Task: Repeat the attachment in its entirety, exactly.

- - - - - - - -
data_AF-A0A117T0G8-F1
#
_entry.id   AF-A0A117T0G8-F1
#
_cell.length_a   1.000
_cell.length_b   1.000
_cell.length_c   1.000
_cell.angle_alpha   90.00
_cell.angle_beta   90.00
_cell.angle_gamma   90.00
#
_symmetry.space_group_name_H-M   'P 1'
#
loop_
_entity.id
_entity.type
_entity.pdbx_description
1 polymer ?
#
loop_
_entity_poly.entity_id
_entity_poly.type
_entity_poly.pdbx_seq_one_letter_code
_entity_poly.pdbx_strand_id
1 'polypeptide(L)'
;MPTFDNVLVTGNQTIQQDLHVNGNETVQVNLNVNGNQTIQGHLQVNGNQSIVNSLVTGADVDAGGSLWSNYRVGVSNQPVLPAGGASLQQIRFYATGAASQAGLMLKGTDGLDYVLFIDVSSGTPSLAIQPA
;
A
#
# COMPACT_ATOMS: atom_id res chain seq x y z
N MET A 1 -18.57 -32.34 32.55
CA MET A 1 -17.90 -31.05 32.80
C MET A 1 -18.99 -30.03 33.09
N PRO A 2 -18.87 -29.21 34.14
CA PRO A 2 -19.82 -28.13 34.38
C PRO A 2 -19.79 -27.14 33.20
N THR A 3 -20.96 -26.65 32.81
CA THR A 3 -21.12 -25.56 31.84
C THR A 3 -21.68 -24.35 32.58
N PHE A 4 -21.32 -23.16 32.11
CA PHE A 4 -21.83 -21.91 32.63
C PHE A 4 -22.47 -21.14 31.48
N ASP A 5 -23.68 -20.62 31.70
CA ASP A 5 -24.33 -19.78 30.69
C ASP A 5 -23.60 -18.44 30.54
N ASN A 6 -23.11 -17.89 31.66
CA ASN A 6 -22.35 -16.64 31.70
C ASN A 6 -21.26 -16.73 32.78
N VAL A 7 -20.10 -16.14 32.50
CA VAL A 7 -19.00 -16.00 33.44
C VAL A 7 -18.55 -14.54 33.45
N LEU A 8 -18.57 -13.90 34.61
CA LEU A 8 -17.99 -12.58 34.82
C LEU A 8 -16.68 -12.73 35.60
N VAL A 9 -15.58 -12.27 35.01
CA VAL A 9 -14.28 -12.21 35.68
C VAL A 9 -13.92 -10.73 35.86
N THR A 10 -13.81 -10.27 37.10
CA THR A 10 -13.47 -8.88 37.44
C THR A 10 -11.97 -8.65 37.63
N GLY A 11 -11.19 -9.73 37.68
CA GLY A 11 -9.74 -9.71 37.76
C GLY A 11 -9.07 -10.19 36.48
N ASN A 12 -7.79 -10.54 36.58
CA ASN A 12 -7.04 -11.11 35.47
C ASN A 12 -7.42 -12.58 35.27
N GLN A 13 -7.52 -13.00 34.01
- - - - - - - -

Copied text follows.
data_AF-A0A117T0G8-F1
#
_entry.id   AF-A0A117T0G8-F1
#
_cell.length_a   1.000
_cell.length_b   1.000
_cell.length_c   1.000
_cell.angle_alpha   90.00
_cell.angle_beta   90.00
_cell.angle_gamma   90.00
#
_symmetry.space_group_name_H-M   'P 1'
#
loop_
_entity.id
_entity.type
_entity.pdbx_description
1 polymer ?
#
loop_
_entity_poly.entity_id
_entity_poly.type
_entity_poly.pdbx_seq_one_letter_code
_entity_poly.pdbx_strand_id
1 'polypeptide(L)'
;MPTFDNVLVTGNQTIQQDLHVNGNETVQVNLNVNGNQTIQGHLQVNGNQSIVNSLVTGADVDAGGSLWSNYRVGVSNQPVLPAGGASLQQIRFYATGAASQAGLMLKGTDGLDYVLFIDVSSGTPSLAIQPA
;
A
#
# COMPACT_ATOMS: atom_id res chain seq x y z
N MET A 1 -18.57 -32.34 32.55
CA MET A 1 -17.90 -31.05 32.80
C MET A 1 -18.99 -30.03 33.09
N PRO A 2 -18.87 -29.21 34.14
CA PRO A 2 -19.82 -28.13 34.38
C PRO A 2 -19.79 -27.14 33.20
N THR A 3 -20.96 -26.65 32.81
CA THR A 3 -21.12 -25.56 31.84
C THR A 3 -21.68 -24.35 32.58
N PHE A 4 -21.32 -23.16 32.11
CA PHE A 4 -21.83 -21.91 32.63
C PHE A 4 -22.47 -21.14 31.48
N ASP A 5 -23.68 -20.62 31.70
CA ASP A 5 -24.33 -19.78 30.69
C ASP A 5 -23.60 -18.44 30.54
N ASN A 6 -23.11 -17.89 31.66
CA ASN A 6 -22.35 -16.64 31.70
C ASN A 6 -21.26 -16.73 32.78
N VAL A 7 -20.10 -16.14 32.50
CA VAL A 7 -19.00 -16.00 33.44
C VAL A 7 -18.55 -14.54 33.45
N LEU A 8 -18.57 -13.90 34.61
CA LEU A 8 -17.99 -12.58 34.82
C LEU A 8 -16.68 -12.73 35.60
N VAL A 9 -15.58 -12.27 35.01
CA VAL A 9 -14.28 -12.21 35.68
C VAL A 9 -13.92 -10.73 35.86
N THR A 10 -13.81 -10.27 37.10
CA THR A 10 -13.47 -8.88 37.44
C THR A 10 -11.97 -8.65 37.63
N GLY A 11 -11.19 -9.73 37.68
CA GLY A 11 -9.74 -9.71 37.76
C GLY A 11 -9.07 -10.19 36.48
N ASN A 12 -7.79 -10.54 36.58
CA ASN A 12 -7.04 -11.11 35.47
C ASN A 12 -7.42 -12.58 35.27
N GLN A 13 -7.52 -13.00 34.01